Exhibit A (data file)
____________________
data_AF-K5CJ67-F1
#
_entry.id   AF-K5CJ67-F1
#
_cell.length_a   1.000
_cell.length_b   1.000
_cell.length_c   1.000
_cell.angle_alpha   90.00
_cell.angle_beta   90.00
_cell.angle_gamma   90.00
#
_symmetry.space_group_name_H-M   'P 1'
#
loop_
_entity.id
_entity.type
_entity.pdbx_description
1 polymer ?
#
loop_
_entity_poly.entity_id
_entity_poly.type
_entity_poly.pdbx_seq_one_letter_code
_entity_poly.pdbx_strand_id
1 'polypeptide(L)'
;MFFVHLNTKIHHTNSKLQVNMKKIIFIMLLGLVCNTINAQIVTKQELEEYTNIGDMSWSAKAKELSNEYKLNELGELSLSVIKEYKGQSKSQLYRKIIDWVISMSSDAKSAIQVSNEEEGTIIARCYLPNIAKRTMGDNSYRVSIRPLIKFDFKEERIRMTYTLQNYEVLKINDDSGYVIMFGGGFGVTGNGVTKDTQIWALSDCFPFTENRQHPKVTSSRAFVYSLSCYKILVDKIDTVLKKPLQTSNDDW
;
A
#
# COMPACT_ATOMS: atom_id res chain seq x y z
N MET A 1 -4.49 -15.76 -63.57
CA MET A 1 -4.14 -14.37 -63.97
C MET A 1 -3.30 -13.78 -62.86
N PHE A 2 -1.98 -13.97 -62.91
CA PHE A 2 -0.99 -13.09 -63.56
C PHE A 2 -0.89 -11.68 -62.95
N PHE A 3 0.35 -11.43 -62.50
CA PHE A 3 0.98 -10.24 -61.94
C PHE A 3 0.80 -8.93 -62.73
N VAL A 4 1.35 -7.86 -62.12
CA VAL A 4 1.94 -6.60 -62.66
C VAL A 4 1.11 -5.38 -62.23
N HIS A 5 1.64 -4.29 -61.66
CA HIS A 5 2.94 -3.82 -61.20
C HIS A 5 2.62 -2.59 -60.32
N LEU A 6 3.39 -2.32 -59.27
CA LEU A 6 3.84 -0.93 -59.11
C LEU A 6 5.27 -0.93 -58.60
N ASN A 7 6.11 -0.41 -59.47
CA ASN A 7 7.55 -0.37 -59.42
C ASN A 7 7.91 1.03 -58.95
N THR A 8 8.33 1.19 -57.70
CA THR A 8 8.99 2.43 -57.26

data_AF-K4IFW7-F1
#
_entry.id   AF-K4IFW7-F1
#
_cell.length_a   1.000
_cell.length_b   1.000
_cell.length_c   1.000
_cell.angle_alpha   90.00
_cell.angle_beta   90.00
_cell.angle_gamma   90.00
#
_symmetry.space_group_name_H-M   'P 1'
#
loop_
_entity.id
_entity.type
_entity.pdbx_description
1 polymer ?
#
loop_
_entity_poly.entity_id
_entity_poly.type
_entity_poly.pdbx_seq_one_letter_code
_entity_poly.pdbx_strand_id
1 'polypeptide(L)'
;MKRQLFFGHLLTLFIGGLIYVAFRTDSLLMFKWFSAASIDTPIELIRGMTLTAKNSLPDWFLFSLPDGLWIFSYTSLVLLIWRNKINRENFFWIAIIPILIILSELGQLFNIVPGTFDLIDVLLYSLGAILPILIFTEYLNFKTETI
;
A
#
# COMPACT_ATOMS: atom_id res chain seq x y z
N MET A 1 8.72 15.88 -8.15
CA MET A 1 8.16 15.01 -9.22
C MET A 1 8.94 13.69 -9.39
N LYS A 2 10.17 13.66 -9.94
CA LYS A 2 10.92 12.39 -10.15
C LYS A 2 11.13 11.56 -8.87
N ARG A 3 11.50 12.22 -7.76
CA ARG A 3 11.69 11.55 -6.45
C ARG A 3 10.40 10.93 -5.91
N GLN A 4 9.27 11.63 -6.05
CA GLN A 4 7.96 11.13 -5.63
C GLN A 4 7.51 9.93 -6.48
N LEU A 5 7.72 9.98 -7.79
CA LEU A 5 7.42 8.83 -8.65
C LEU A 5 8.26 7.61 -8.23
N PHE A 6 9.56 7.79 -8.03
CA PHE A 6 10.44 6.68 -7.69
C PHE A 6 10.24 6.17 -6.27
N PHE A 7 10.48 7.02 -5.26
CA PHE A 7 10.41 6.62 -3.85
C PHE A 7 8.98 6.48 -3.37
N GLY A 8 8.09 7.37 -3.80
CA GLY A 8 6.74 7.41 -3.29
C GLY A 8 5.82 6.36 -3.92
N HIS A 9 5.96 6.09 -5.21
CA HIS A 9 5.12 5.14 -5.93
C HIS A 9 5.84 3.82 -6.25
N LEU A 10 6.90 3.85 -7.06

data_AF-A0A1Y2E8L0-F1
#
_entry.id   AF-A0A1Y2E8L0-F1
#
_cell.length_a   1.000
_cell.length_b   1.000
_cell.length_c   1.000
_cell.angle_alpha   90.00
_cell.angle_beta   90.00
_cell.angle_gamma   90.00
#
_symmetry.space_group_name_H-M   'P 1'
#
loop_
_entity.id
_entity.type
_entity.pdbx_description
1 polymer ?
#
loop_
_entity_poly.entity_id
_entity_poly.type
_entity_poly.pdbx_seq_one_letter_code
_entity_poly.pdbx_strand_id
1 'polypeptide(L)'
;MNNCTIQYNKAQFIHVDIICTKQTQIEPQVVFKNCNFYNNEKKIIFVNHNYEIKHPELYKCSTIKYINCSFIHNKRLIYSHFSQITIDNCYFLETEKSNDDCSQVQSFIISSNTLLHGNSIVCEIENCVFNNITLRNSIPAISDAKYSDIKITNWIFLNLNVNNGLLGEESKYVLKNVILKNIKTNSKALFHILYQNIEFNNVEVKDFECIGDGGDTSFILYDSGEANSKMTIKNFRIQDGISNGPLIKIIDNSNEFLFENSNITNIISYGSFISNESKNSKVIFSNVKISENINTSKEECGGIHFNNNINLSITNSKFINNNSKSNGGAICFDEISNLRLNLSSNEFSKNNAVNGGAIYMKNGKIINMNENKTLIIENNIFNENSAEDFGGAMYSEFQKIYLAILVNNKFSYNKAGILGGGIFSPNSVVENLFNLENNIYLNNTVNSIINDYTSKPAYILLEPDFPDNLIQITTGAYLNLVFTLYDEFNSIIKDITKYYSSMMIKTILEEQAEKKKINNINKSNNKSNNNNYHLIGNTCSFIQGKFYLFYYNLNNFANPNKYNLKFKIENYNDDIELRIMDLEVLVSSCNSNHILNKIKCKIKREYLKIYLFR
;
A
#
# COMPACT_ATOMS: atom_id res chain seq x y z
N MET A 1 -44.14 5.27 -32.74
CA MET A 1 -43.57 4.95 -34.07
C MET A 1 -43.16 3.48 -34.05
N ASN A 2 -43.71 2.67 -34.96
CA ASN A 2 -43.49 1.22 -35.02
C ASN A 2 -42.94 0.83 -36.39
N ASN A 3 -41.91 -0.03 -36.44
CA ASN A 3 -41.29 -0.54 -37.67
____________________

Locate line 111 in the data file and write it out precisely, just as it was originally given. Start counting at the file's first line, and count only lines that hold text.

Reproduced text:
N LEU A 10 6.90 3.85 -7.06